I've had gnocchi (potato pasta--kind of like dumplings) in restaurants before. They're usually sturdy little solid lumps. Kind of heavy, a little chewy. Thursday is gnocchi day in Rome and although I didn't hate gnocchi (it's all starch, how could I?) I admit I didn't really understand.
Having made homemade gnocchi, I now understand. Gnocchi deserve a day of their own. Really.
Monday I finally made the oxtail ragu with homemade gnocchi. The ragu recipe asks for homemade stock and homemade tomato sauce. I had homemade chicken stock--actually a brown chicken stock in the Italian manner, because that's what I like. So I was good there. I made the tomato sauce. Tomato sauce isn't hard. I found really good Italian canned plum tomatoes at Whole Foods last week, so I was prepared. But it did mean that I had to start cooking at noon to get dinner on the table by seven. When you make tomato sauce you have two options. One is to crush fresh tomatoes with some garlic and basil and cook it for just a few minutes. The other is to simmer it for a good long time. The tomato tastes fresh for a few minutes, but when it cooks longer than that, it gets acidic and it's not good. The solution to that is to cook it for a much longer time, the way Italian grandmothers do, and then it slowly becomes really good again. I don't have an Italian grandmother and my only living grandmother when I was a child was a lousy cook, but it's still true.
I made it, and now I have a couple of pints of homemade tomato sauce in the freezer. That has to be a good thing.
Oxtails are pretty ugly pieces of meat. A slab of beef, say, a brisket, is pretty anonymous. Sure, it's meat, but you don't look at it and think, 'oh! that's the cow's wall of muscle just at the end of the ribcage and along the belly. But because oxtails are 1. called 'oxtails' and 2. bear a striking resemblance to what you would expect to get if you chopped a cow tail into lengths and took off the hair, it's pretty obvious looking at them what they are which is probably why they're kind of unpopular. There's also not a lot of meat on an oxtail. I mean, when was the last time you saw an animal with a big fat tail? Besides, say, a lizard.
So why bother? (If you've ever watch Alton Brown of Good Eats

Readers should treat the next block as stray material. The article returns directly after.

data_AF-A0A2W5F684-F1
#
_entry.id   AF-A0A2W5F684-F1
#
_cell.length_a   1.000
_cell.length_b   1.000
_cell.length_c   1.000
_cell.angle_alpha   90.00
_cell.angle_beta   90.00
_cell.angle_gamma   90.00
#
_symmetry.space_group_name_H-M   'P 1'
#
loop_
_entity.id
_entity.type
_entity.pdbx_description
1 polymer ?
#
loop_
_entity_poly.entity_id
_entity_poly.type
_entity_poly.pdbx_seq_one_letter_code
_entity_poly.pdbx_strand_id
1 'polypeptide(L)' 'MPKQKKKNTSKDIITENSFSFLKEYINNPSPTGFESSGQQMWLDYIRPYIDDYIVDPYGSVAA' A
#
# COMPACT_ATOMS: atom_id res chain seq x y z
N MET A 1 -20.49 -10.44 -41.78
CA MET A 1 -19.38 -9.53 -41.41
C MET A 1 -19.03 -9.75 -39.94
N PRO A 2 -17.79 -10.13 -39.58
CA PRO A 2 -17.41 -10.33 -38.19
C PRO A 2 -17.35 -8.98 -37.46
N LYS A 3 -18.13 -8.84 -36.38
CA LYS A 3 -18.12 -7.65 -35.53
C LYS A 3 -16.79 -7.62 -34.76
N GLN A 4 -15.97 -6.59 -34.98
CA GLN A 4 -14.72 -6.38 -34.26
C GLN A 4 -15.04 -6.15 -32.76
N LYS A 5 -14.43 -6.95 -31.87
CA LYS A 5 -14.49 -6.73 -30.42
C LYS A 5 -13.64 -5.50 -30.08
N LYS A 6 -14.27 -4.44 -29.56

, you should imagine him explaining this.) The answer is bone marrow and collagen. Bone marrow is a sublime substance. Cook a piece of tough meat with lots of connective tissue, and a thick bone split to allow you to get to the marrow for a really long time and what you get is, well, good eats. Bone marrow and collagen will saturate the cooling liquid so that the result is an almost gelid, thick, meaty tasting substance that sticks to pasta, or potatoes or even a spoon like an exquisite sauce.
I dredged my oxtails in flour and browned them in olive oil and then cooked them in a lot of wine--a whole bottle--some homemade stock and some homemade tomato sauce for almost two hours. Then I took them out, let them cool and took the meat off the bones (what little meat there was) and put the meat back in the pot with all that good braising liquid, and cooked it some more.
The house smelled so good the dogs thought they were going to die of starvation.
It's great stuff. But the gnocchi. By this point I was a little worried about ruining this great stuff by screwing up the gnocchi but I couldn't think of anything else to put this on that was good enough for it. I made the gnocchi dough and followed the directions
for making gnocchi. Making pasta, like pie dough, and tortillas and a bunch of other foods is often a matter of experience. I can't make tortillas you would feed a dog. And my biscuits aren't to great, either. So I was prepared for my gnocchi to be, well, sad. But my directions (which were slightly different than the ones in the link above because I used Mario Batali's recipe from Babbo) seemed straight forward enough and low and behold, as I followed them, the things that were supposed to happen did happen. The dough came together, and when I had incorporated all the flour, although it wasn't all satiny and elastic and stretchy like pasta dough, it wasn't like mashed potatoes, either. So I cut them and flicked them off the fork. The photo is actually of my gnocchi, by the way. And here's another.
As I heard Bob pull into the garage I put them in boiling water, and in a minute or two they were ready. Then I put them in a sauce pan holding some of my heated ragu turned them in it and emptied it all on two plates.
I'm sorry I don't have a photo of the finished dish but that's because we ate them. They were lighter than air. The ragu was everything it was advertised to be. Sort of like the best pot roast you've ever had. Plato's ideal of braised beef. And I have a couple of quarts of oxtail ragu in my freezer, so if someone drops in unexpectedly for dinner, it's all there.
If you want the gnocchi recipe, let me know. It makes a ton. And it takes some time. But damn it's good.